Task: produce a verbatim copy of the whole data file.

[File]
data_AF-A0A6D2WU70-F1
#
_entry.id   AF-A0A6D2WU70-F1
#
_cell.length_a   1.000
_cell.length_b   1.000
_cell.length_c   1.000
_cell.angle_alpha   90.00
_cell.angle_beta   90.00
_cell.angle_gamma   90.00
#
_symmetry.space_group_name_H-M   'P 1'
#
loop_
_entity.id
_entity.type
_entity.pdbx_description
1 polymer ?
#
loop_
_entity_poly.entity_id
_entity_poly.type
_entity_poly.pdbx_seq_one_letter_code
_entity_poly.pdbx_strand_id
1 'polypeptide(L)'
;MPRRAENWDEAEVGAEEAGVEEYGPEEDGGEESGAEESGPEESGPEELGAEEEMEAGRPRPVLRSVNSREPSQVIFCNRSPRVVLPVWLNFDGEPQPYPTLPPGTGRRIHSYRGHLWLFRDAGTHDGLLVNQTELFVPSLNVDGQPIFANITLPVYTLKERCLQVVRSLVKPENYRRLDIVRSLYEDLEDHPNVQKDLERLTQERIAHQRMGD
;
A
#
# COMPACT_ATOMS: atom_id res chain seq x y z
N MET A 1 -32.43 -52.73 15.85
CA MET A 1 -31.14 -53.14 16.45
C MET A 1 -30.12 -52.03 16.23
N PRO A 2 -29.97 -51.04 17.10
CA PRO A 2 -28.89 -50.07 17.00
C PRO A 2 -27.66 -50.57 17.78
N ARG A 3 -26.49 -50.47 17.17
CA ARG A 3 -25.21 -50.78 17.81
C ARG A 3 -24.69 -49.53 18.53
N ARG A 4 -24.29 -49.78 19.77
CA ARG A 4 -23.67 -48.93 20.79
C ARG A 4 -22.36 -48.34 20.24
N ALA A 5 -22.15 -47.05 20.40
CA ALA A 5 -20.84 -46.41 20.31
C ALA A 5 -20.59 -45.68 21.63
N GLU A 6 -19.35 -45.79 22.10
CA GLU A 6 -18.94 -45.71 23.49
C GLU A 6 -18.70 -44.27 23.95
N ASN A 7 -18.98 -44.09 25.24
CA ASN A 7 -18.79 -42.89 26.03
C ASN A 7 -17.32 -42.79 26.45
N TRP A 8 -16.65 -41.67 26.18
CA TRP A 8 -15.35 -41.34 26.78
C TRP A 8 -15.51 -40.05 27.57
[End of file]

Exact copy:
data_AF-A0A6D2WU70-F1
#
_entry.id   AF-A0A6D2WU70-F1
#
_cell.length_a   1.000
_cell.length_b   1.000
_cell.length_c   1.000
_cell.angle_alpha   90.00
_cell.angle_beta   90.00
_cell.angle_gamma   90.00
#
_symmetry.space_group_name_H-M   'P 1'
#
loop_
_entity.id
_entity.type
_entity.pdbx_description
1 polymer ?
#
loop_
_entity_poly.entity_id
_entity_poly.type
_entity_poly.pdbx_seq_one_letter_code
_entity_poly.pdbx_strand_id
1 'polypeptide(L)'
;MPRRAENWDEAEVGAEEAGVEEYGPEEDGGEESGAEESGPEESGPEELGAEEEMEAGRPRPVLRSVNSREPSQVIFCNRSPRVVLPVWLNFDGEPQPYPTLPPGTGRRIHSYRGHLWLFRDAGTHDGLLVNQTELFVPSLNVDGQPIFANITLPVYTLKERCLQVVRSLVKPENYRRLDIVRSLYEDLEDHPNVQKDLERLTQERIAHQRMGD
;
A
#
# COMPACT_ATOMS: atom_id res chain seq x y z
N MET A 1 -32.43 -52.73 15.85
CA MET A 1 -31.14 -53.14 16.45
C MET A 1 -30.12 -52.03 16.23
N PRO A 2 -29.97 -51.04 17.10
CA PRO A 2 -28.89 -50.07 17.00
C PRO A 2 -27.66 -50.57 17.78
N ARG A 3 -26.49 -50.47 17.17
CA ARG A 3 -25.21 -50.78 17.81
C ARG A 3 -24.69 -49.53 18.53
N ARG A 4 -24.29 -49.78 19.77
CA ARG A 4 -23.67 -48.93 20.79
C ARG A 4 -22.36 -48.34 20.24
N ALA A 5 -22.15 -47.05 20.40
CA ALA A 5 -20.84 -46.41 20.31
C ALA A 5 -20.59 -45.68 21.63
N GLU A 6 -19.35 -45.79 22.10
CA GLU A 6 -18.94 -45.71 23.49
C GLU A 6 -18.70 -44.27 23.95
N ASN A 7 -18.98 -44.09 25.24
CA ASN A 7 -18.79 -42.89 26.03
C ASN A 7 -17.32 -42.79 26.45
N TRP A 8 -16.65 -41.67 26.18
CA TRP A 8 -15.35 -41.34 26.78
C TRP A 8 -15.51 -40.05 27.57